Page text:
Three days driving the Appalachian Mountains seeking secret locations of historic or scenic value. Accumulate points for your team while you drive roads that were selected specifically for those that enjoy the act of driving. This is a Rally North America Scavenger hunt and we invite you to join Rally North America for the 4th annual Ohio Valley 700.
Group rates have been established for some of nicest properties this side of the Mississippi so you will also enjoy your downtime at properties such as the Wisp in gorgeous Deep Creek, Maryland or The Snowshoe Lodge in scenic Snowshoe. West Virginia. We welcome any inquires but please act quickly.
As of August 4th forty-six other teams of automotive enthusiasts have signed on leaving ONLY 14 spots remaining for this once a year event. Once we have a full roster of 60 teams additional teams will be placed on a waiting list where there are no guarantees of participation
Get in while you can, this will be the last Ohio Valley 700 hosted by Rally North America!
Cost $299.99 +$100 mandatory donation
Registration is Open: 60 Team MAX.
9-29-16 – Pre Rally – Auction – Drivers Meeting 6:00 PM
9-30-16 – Day 1 – Hershey PA – Deep Creek MD
10-01-16 – Day 2 – Deep Creek MD – Snow Shoe WV
10-02-16 – Day 3 – Snow Shoe WV – Athens Ohio – Finish line
Starting Grid is based upon total money raised.. you raise the most, you get Pole.
The Ohio Valley 700 was created to specifically raise awareness for Epilepsy. On every car you will notice a shield, wrapped in a banner with the name Cody Converse embedded in it. In 2013 a he died at the age of 17 from a condition known as SUDEP. (Sudden Death in Epilepsy). He had been seizure free for almost a year, and was looking forward to getting his life started. Since 2013 we have a collective group have raised over $80,000.00 for Epilepsy Awareness, and this year we are rallying for a CURE! The Cure. Citizens United in the Research for Epilepsy.
All corporate event sponsors are donated to CURE.
Take a look at what a typical Rally North America event is like! This video was created and produced by Team Jack on the Big Sky Rally this past summer!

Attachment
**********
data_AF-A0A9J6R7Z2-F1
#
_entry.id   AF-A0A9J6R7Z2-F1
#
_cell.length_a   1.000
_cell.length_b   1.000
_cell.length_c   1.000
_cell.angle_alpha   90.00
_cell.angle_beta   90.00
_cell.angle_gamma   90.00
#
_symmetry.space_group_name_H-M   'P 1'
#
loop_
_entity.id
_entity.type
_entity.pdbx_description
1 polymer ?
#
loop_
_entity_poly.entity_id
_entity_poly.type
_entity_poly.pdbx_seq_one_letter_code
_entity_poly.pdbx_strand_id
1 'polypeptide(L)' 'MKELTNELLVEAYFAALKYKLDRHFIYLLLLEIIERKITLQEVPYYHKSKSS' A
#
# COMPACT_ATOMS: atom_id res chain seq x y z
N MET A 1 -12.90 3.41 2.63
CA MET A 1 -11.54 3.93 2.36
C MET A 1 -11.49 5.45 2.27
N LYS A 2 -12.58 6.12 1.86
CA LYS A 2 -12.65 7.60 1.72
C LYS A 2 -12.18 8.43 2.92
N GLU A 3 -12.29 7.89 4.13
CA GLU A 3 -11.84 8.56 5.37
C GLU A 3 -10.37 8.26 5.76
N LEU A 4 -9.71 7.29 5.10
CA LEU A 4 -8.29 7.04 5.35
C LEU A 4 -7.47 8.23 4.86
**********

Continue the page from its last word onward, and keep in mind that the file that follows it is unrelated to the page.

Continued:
Citizens United for Research in Epilepsy (CURE), is the leading nongovernmental agency fully committed to funding research in epilepsy. The organization was founded by Susan Axelrod and a small group of parents of children with epilepsy who were frustrated with their inability to protect their children from seizures and the side effects of medications. Unwilling to sit back, they joined forces to spearhead the search for a cure.
Since its inception in 1998, CURE has been at the forefront of epilepsy research, raising more than $40 million to fund research and other initiatives that will lead the way to a cure for epilepsy. CURE funds grants for young and established investigators and has awarded more than 200 cutting-edge projects in 15 countries around the world to date.
In May 2014, CURE launched a new signature program, the Epilepsy Genetics Initiative (EGI). With an initial $1 million in funding, EGI will create a comprehensive, interactive database where patients can have their genetic data repeatedly analyzed in an effort to identify the cause of their epilepsy. These data will also be made available to epilepsy researchers in an effort to find new causes of epilepsy and use these findings to guide treatment. EGI brings patients, medical professionals, and researchers together in a mutually beneficial way to advance the genetics of epilepsy and help create a culture of personalized medicine for people with epilepsy.
The leader in Sudden Unexpected Death in Epilepsy (SUDEP) research, CURE has awarded 21 SUDEP-related grants, totaling more than $2 million, since 2004. In 2012, the organization pioneered the first-ever Partners Against Mortality in Epilepsy (PAME) meeting and launched the Infantile Spasms (IS) Research Initiative to accelerate the understanding of IS and advance a new, innovative therapy into the clinic. With $2.1 million in grant funding to date, eight teams of investigators are focusing on cutting-edge research for IS, a rare childhood epilepsy syndrome. The project involves investigators at multiple institutions around the country and uniquely promotes a multidisciplinary, team science approach that encourages collaboration between researchers.
CURE boasts an internal scientific team made up of three accomplished epilepsy researchers, committed to helping find a cure. There is a Scientific Advisory Council comprised of five esteemed epilepsy specialists and more than 300 scientist volunteers who lend their expertise in the field to review grant applications. CURE has a Lay Review Council (LRC) made up of volunteers who have a special interest in understanding epilepsy research. Members of the LRC participate in CURE’s grant review process and read research proposals to ensure the stakeholder point of view is critically represented at all stages.
In 2000, CURE co-sponsored the National Institutes of Health (NIH) Conference—the first of its kind to focus on a cure for epilepsy. In addition, CURE was one of the key sponsors involved in shaping the direction and outcome of a newly commissioned report released in March 2012, The Public Health Dimensions of the Epilepsies. The organization was instrumental in the creation of the NIH Epilepsy Research Benchmarks, which were created to help guide the community toward a cure.
CURE has led a dramatic shift in the epilepsy research community from simply treating seizures to enhancing understanding of underlying mechanisms and causes, so that cures and preventative strategies can be found. CURE’s research program is cutting-edge, dynamic and responsive to new scientific opportunities and directions through both investigator-initiated grants and unprecedented scientific programs and initiatives.
Tireless in its efforts and determination, CURE won’t stop
until a CURE is found for epilepsy.